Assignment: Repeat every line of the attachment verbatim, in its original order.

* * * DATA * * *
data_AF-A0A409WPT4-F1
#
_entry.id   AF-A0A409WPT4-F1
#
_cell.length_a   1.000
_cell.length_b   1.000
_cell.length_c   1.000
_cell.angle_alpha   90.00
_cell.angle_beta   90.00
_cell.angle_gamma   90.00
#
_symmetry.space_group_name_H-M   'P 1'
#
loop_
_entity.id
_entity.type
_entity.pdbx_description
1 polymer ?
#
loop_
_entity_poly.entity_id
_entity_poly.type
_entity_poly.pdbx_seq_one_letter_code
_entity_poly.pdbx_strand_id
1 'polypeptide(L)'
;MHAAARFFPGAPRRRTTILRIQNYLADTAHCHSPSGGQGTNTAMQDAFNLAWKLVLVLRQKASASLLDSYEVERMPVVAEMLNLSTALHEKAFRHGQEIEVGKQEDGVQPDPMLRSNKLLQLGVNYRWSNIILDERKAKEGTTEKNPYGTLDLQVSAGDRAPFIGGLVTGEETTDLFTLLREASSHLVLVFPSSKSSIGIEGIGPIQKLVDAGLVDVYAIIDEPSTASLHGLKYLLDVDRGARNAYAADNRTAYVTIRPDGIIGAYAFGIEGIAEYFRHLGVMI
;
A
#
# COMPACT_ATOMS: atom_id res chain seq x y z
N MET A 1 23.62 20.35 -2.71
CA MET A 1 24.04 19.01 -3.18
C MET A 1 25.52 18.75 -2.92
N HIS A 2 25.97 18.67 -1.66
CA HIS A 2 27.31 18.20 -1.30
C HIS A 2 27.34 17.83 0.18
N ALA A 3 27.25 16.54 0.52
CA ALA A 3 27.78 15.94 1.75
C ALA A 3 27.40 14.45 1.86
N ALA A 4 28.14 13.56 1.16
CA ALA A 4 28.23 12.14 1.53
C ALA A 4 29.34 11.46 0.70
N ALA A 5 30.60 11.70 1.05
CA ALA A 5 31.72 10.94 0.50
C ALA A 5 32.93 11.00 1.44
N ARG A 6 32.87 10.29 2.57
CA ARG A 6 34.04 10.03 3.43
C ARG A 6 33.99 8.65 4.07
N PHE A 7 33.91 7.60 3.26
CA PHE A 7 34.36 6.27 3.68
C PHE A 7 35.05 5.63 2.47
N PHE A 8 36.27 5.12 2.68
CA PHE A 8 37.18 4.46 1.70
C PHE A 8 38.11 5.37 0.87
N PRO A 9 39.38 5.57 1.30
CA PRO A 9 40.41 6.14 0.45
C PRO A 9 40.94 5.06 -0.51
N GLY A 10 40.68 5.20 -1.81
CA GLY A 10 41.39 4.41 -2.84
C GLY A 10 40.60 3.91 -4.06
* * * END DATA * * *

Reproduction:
data_AF-A0A409WPT4-F1
#
_entry.id   AF-A0A409WPT4-F1
#
_cell.length_a   1.000
_cell.length_b   1.000
_cell.length_c   1.000
_cell.angle_alpha   90.00
_cell.angle_beta   90.00
_cell.angle_gamma   90.00
#
_symmetry.space_group_name_H-M   'P 1'
#
loop_
_entity.id
_entity.type
_entity.pdbx_description
1 polymer ?
#
loop_
_entity_poly.entity_id
_entity_poly.type
_entity_poly.pdbx_seq_one_letter_code
_entity_poly.pdbx_strand_id
1 'polypeptide(L)'
;MHAAARFFPGAPRRRTTILRIQNYLADTAHCHSPSGGQGTNTAMQDAFNLAWKLVLVLRQKASASLLDSYEVERMPVVAEMLNLSTALHEKAFRHGQEIEVGKQEDGVQPDPMLRSNKLLQLGVNYRWSNIILDERKAKEGTTEKNPYGTLDLQVSAGDRAPFIGGLVTGEETTDLFTLLREASSHLVLVFPSSKSSIGIEGIGPIQKLVDAGLVDVYAIIDEPSTASLHGLKYLLDVDRGARNAYAADNRTAYVTIRPDGIIGAYAFGIEGIAEYFRHLGVMI
;
A
#
# COMPACT_ATOMS: atom_id res chain seq x y z
N MET A 1 23.62 20.35 -2.71
CA MET A 1 24.04 19.01 -3.18
C MET A 1 25.52 18.75 -2.92
N HIS A 2 25.97 18.67 -1.66
CA HIS A 2 27.31 18.20 -1.30
C HIS A 2 27.34 17.83 0.18
N ALA A 3 27.25 16.54 0.52
CA ALA A 3 27.78 15.94 1.75
C ALA A 3 27.40 14.45 1.86
N ALA A 4 28.14 13.56 1.16
CA ALA A 4 28.23 12.14 1.53
C ALA A 4 29.34 11.46 0.70
N ALA A 5 30.60 11.70 1.05
CA ALA A 5 31.72 10.94 0.50
C ALA A 5 32.93 11.00 1.44
N ARG A 6 32.87 10.29 2.57
CA ARG A 6 34.04 10.03 3.43
C ARG A 6 33.99 8.65 4.07
N PHE A 7 33.91 7.60 3.26
CA PHE A 7 34.36 6.27 3.68
C PHE A 7 35.05 5.63 2.47
N PHE A 8 36.27 5.12 2.68
CA PHE A 8 37.18 4.46 1.70
C PHE A 8 38.11 5.37 0.87
N PRO A 9 39.38 5.57 1.30
CA PRO A 9 40.41 6.14 0.45
C PRO A 9 40.94 5.06 -0.51
N GLY A 10 40.68 5.20 -1.81
CA GLY A 10 41.39 4.41 -2.84
C GLY A 10 40.60 3.91 -4.06